The face of this child stayed with me. It was disturbing. A child of his age should have been in bed by now, after a hot meal. How often do we see kids like these, begging, working, their faces much older than their bodies!
There was a time when I allowed myself to get affected by them. I would think of the child for a long time. I would compare the child to a boy of the same age in my family or neighbourhood, pampered, loved, cared for, and ensconced in comfort. I would try to put the face of this fortunate boy on the body of the less-privileged child. And that picture would move me to tears. But as I grow older, I find myself becoming more and more immune. I resist all unpleasant thoughts, for my own sanity. We all do that, don't we? We tend to build up a kind of armour around us. We prefer living in an ivory tower than accept reality.
There are some people who have been so deeply moved that they have gone ahead and dedicated their life for the betterment of the lives of people like this boy. I always wonder what stuff these remarkable people are made of. How they can put up with dealing with such sorrow, day after day. How they have the conviction that they can make a better life for the less privileged.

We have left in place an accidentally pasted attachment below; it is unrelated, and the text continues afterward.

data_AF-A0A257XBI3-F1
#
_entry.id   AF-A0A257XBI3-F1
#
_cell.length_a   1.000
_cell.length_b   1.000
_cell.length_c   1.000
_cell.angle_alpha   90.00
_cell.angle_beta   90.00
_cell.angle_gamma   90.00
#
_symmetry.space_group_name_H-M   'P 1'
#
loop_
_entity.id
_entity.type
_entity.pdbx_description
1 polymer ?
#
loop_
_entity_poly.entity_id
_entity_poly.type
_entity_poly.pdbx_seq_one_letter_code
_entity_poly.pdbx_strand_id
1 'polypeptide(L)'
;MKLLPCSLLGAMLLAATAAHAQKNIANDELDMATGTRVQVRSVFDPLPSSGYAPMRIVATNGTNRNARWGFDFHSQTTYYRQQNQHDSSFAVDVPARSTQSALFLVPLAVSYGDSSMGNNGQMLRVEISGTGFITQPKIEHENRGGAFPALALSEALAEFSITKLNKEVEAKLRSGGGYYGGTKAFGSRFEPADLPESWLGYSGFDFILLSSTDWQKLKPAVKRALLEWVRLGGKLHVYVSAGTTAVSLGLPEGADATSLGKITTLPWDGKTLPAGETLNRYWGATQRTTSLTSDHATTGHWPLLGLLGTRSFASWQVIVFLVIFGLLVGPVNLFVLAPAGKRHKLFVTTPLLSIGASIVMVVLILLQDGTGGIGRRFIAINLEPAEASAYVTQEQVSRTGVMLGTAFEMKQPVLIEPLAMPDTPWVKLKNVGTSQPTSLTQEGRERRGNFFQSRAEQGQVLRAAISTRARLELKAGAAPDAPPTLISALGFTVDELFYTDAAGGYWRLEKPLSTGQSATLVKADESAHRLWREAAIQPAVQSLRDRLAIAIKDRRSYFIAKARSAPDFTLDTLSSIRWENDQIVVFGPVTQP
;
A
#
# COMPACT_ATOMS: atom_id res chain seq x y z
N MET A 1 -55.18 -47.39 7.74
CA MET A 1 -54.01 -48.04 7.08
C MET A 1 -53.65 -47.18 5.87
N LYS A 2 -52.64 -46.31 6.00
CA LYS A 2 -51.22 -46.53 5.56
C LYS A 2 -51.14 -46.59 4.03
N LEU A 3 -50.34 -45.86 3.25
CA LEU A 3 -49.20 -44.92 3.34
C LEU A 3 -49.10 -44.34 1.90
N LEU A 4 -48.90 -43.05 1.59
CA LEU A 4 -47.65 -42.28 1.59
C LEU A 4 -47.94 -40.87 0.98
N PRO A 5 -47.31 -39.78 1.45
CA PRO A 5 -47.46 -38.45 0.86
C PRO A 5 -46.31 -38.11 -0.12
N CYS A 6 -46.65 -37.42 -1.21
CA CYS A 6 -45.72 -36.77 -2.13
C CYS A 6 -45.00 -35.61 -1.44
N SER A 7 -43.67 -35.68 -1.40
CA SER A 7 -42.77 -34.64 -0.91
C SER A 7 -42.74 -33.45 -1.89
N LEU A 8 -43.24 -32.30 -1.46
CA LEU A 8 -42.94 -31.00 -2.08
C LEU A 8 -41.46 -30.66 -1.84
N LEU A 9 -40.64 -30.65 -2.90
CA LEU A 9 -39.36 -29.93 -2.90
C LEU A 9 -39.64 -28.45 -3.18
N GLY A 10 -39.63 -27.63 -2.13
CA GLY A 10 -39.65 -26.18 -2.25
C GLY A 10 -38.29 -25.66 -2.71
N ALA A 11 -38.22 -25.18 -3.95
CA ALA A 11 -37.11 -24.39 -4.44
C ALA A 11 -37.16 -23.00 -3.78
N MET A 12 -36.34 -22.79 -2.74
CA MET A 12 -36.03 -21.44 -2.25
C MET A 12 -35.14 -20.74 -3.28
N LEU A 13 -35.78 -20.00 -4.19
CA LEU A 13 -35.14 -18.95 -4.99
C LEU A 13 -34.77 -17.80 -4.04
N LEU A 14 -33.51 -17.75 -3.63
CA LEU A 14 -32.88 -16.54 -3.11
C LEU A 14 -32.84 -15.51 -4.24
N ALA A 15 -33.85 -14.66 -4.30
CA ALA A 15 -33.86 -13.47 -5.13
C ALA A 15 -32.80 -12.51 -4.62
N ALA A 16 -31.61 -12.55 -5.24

I often think, what can I do about it? That is, apart from cash contributions, and maybe occasional voluntary service. Sometimes I have a sense of failing and shame. That I am here in my comfort zone, fully aware, but pretending that I am not.
Anitha has put across her feelings beautifully in this piece "I met a man". She talks to a man with a typical story of helplessness, and she says,
My inadequate words could not and did not give him any solace. As I just sat there, listening to him talk, feeling empty and useless, it struck me: I didn’t really know how to feel. Emotions were a waste: they were all about me, they could not do anything for him. I would never know how it felt to live hand-to-mouth, to wake up and go to bed hungry, or to be oppressed and obligated to people financially forever, with no hope of breaking the bondage. It felt like I was almost living in a parallel universe, sitting across from him.
He wasn’t asking for much – just a life with dignity. And it was a promise I could not make, much less keep.
It’s at times like this that make you really wonder: what is life all about, anyway?